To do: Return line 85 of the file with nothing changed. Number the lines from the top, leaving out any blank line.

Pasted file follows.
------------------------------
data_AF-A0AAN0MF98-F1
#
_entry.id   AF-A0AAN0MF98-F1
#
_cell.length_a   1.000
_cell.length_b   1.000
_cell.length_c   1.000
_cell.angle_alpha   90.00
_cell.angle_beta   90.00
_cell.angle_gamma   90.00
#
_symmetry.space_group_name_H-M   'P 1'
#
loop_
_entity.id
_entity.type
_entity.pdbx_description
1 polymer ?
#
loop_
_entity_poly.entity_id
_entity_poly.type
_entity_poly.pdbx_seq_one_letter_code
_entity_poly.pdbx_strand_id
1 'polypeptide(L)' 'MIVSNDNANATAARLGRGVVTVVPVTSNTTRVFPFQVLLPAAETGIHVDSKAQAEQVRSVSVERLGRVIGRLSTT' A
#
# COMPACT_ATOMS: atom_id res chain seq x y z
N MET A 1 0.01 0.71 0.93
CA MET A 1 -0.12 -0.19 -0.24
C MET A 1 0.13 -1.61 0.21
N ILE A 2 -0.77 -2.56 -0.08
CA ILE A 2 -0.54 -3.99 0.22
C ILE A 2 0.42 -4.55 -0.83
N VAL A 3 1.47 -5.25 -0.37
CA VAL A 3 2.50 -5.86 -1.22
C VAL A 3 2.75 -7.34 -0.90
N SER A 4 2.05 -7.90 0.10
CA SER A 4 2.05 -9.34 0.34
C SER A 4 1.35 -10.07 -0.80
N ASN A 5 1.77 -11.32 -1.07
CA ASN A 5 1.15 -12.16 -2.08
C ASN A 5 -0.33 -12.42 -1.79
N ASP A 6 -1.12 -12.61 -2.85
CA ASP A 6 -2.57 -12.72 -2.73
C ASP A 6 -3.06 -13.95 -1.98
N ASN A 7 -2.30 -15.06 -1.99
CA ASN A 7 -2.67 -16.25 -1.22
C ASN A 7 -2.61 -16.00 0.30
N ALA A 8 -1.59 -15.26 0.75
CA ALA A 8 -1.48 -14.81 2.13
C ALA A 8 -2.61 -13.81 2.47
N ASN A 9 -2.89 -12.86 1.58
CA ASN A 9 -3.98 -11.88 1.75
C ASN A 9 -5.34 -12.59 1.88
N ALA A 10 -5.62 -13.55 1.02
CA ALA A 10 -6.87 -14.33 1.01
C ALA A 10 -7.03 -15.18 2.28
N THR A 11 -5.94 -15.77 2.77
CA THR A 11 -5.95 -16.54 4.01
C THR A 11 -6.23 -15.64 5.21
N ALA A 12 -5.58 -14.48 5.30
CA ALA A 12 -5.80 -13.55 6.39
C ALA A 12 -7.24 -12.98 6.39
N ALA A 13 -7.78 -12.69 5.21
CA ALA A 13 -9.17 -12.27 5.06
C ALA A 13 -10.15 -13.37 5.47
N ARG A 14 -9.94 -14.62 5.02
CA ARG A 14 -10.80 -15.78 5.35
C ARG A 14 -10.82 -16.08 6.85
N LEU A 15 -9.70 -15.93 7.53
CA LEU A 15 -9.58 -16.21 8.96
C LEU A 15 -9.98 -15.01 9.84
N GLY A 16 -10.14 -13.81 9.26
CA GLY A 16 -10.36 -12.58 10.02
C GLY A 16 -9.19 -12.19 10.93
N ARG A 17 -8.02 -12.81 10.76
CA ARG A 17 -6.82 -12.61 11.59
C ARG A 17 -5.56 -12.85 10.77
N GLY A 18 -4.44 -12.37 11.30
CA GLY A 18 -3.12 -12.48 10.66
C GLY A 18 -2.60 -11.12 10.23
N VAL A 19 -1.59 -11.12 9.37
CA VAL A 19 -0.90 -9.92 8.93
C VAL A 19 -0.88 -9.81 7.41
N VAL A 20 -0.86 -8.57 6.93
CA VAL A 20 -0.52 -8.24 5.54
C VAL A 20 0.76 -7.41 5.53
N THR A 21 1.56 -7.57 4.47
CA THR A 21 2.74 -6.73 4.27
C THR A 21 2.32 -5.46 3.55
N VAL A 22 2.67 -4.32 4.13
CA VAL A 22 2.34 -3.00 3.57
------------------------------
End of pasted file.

N VAL A 20 -0.86 -8.57 6.93